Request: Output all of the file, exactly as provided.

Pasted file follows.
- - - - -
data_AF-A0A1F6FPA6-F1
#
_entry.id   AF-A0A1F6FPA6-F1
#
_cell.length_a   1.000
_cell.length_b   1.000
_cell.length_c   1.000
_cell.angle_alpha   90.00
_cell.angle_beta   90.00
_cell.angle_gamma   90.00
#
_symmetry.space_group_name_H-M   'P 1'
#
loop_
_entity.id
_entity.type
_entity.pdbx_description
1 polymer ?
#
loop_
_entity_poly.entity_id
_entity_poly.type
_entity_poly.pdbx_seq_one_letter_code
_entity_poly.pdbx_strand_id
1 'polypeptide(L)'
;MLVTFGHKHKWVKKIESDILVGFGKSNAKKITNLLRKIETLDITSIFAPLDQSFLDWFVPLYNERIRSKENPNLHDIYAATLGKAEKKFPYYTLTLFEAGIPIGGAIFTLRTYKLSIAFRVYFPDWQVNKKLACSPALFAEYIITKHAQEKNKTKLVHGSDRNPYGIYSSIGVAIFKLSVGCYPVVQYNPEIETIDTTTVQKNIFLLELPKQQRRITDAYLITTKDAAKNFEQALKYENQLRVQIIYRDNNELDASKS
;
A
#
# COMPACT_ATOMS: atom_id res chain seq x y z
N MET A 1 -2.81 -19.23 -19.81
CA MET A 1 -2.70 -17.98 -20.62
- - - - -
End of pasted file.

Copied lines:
data_AF-A0A1F6FPA6-F1
#
_entry.id   AF-A0A1F6FPA6-F1
#
_cell.length_a   1.000
_cell.length_b   1.000
_cell.length_c   1.000
_cell.angle_alpha   90.00
_cell.angle_beta   90.00
_cell.angle_gamma   90.00
#
_symmetry.space_group_name_H-M   'P 1'
#
loop_
_entity.id
_entity.type
_entity.pdbx_description
1 polymer ?
#
loop_
_entity_poly.entity_id
_entity_poly.type
_entity_poly.pdbx_seq_one_letter_code
_entity_poly.pdbx_strand_id
1 'polypeptide(L)'
;MLVTFGHKHKWVKKIESDILVGFGKSNAKKITNLLRKIETLDITSIFAPLDQSFLDWFVPLYNERIRSKENPNLHDIYAATLGKAEKKFPYYTLTLFEAGIPIGGAIFTLRTYKLSIAFRVYFPDWQVNKKLACSPALFAEYIITKHAQEKNKTKLVHGSDRNPYGIYSSIGVAIFKLSVGCYPVVQYNPEIETIDTTTVQKNIFLLELPKQQRRITDAYLITTKDAAKNFEQALKYENQLRVQIIYRDNNELDASKS
;
A
#
# COMPACT_ATOMS: atom_id res chain seq x y z
N MET A 1 -2.81 -19.23 -19.81
CA MET A 1 -2.70 -17.98 -20.62